May 9, 2008
What exactly is an override and how does it work?
Money (allegedly earned) off the backs of those you have recruited to work for a carrier.
I like the definition above but here is another from Wikipedia:
In traditional sales environments, an override is a commission paid to managers on sales made by their subordinates, usually calculated as a percentage of the gross sales commissions earned by the salesperson.
I have a contract with ABC Life Insurance for 100% (100% of the premium paid is my commission for year 1)
I offer you the ability to sell ABC Life Insurance for 80% commission. I get the other 20% to equal 100%.
Usually, there is a production requirement to do this or get the higher commissions. The carrier will say you have to sell X amount of insurance to maintain the level of contract.
Some carriers will not let you contract direct, you have to go through another person/agency.
Does all this mean that technically if I am not a GA or a manager at any agency, it basically has no bearing on my earnings whatsoever?
Let's take this hypothetical situtation (totally made up and not based in any reality):
Total Commission paid by insurance company: $800.00
So, does the $300 in overrides affect the agent commission? How many people need to have their hands in the agent's pocket?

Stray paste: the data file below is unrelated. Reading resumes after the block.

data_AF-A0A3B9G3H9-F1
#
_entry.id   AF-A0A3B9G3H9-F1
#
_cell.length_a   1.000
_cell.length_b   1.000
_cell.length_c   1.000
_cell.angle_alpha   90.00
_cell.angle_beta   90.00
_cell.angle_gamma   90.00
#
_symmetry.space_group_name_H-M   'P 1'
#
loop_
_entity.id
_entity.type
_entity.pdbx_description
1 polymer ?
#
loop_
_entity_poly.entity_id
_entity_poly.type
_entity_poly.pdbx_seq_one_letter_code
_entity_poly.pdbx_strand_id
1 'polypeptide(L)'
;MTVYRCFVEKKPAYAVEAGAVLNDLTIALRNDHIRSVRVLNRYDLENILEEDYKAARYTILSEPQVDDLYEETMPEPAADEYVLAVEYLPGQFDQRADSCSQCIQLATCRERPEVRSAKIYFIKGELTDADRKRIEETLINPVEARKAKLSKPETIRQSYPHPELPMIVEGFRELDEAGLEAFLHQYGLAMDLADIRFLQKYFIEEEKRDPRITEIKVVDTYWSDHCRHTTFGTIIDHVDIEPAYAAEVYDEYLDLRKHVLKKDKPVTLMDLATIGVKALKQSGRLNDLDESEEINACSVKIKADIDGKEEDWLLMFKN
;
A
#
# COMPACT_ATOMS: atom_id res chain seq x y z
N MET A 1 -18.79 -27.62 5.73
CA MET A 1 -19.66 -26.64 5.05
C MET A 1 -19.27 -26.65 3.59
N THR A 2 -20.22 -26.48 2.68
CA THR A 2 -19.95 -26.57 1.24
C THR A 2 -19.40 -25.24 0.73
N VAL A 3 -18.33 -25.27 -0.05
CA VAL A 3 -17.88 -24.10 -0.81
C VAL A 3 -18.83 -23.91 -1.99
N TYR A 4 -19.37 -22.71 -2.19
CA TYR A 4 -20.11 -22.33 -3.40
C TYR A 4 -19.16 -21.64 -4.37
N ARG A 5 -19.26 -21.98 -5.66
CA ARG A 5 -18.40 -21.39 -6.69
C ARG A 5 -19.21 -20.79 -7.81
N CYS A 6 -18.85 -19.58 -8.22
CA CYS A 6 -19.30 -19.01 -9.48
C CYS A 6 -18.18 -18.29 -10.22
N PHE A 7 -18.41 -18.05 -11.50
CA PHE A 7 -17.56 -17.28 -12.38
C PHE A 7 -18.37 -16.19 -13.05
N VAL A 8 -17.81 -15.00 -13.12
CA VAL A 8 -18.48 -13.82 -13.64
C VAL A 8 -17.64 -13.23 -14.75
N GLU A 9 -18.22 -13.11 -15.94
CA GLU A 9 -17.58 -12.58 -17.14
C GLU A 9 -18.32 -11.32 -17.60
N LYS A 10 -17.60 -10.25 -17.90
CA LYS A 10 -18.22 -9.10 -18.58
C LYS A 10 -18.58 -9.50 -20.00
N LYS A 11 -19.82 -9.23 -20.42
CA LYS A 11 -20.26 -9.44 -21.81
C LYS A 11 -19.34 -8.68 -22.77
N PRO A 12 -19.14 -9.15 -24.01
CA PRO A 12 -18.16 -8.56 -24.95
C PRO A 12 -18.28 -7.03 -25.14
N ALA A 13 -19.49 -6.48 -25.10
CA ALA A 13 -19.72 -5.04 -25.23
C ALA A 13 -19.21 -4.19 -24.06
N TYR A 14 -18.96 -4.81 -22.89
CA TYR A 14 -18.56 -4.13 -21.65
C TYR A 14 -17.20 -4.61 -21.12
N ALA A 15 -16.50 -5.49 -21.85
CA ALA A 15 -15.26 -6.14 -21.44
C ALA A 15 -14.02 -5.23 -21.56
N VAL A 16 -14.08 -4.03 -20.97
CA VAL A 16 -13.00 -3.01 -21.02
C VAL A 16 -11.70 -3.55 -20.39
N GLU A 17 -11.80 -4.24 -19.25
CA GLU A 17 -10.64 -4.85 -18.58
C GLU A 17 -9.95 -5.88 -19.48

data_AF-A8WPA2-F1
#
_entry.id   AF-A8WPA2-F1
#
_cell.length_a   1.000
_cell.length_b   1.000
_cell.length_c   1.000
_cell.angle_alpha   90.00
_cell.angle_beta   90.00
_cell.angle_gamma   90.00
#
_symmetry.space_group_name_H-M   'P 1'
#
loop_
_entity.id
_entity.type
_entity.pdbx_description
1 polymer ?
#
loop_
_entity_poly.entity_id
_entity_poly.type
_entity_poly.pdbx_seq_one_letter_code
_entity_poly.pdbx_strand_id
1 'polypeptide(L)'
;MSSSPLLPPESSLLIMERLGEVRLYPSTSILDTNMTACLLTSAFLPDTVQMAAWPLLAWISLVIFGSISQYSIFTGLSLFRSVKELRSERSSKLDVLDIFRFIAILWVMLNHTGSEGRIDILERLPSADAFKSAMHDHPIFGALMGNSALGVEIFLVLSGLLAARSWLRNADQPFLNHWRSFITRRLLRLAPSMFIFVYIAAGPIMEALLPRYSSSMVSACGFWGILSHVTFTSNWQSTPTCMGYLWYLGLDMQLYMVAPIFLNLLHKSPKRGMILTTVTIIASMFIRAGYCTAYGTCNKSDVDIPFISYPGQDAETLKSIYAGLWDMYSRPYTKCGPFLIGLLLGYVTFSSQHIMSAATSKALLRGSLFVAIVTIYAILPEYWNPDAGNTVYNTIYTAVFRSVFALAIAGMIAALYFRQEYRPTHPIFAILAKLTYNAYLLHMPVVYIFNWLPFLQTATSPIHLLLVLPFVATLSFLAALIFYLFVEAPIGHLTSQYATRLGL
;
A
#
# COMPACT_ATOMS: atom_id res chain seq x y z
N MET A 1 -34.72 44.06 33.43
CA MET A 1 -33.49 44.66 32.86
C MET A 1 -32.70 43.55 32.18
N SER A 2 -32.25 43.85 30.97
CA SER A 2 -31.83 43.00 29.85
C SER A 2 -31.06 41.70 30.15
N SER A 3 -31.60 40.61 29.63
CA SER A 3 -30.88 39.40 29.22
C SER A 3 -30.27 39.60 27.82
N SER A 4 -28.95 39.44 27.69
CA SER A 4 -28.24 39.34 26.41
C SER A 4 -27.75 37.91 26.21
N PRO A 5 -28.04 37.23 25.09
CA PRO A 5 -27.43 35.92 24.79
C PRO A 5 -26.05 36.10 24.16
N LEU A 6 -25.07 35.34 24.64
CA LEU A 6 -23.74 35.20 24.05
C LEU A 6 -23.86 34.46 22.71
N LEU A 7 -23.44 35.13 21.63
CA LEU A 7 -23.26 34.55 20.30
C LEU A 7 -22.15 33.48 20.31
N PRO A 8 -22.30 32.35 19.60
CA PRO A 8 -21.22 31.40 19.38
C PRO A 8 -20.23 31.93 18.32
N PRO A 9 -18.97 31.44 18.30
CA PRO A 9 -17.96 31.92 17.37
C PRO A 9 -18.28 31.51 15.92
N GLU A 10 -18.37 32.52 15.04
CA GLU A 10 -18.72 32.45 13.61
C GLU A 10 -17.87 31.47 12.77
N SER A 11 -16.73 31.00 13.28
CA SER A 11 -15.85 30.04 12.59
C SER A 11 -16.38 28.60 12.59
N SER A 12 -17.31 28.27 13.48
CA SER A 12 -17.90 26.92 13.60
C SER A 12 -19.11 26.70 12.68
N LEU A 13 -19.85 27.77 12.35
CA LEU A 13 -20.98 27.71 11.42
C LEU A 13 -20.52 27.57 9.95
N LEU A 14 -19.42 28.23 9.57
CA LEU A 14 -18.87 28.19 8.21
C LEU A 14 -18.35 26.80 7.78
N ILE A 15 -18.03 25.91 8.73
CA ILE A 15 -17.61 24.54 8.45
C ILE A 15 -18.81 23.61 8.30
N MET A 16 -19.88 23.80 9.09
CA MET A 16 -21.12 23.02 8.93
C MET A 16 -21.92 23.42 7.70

For those of us who think MLM is bad, what about this situtation? What is the value added of ALL these people?
You might make more, the same amount, or less.
Many times, the GA gets a better rate than you can get because of overall production. Because of this, they get their override without impacting your commissions. In fact, if your production is at a certain level, you may get a bit more than the carrier will pay direct. Or maybe less, hard to say.
GA's work great for those random deals you want to help a client with, but don't want to bother with hundreds of appointments. On the P&C side, this is how I manage a lot of strange things, such as dump trucks, which comes up once or twice a year. I wouldn't do it by itself, but I don't want another agent come in and try to drive a wedge into my account either.
In this case, an override is fine, even if it cuts a bit into the commission I could make if I could get appointed directly, though in the case of things like dump trucks, that isn't likely to happen.
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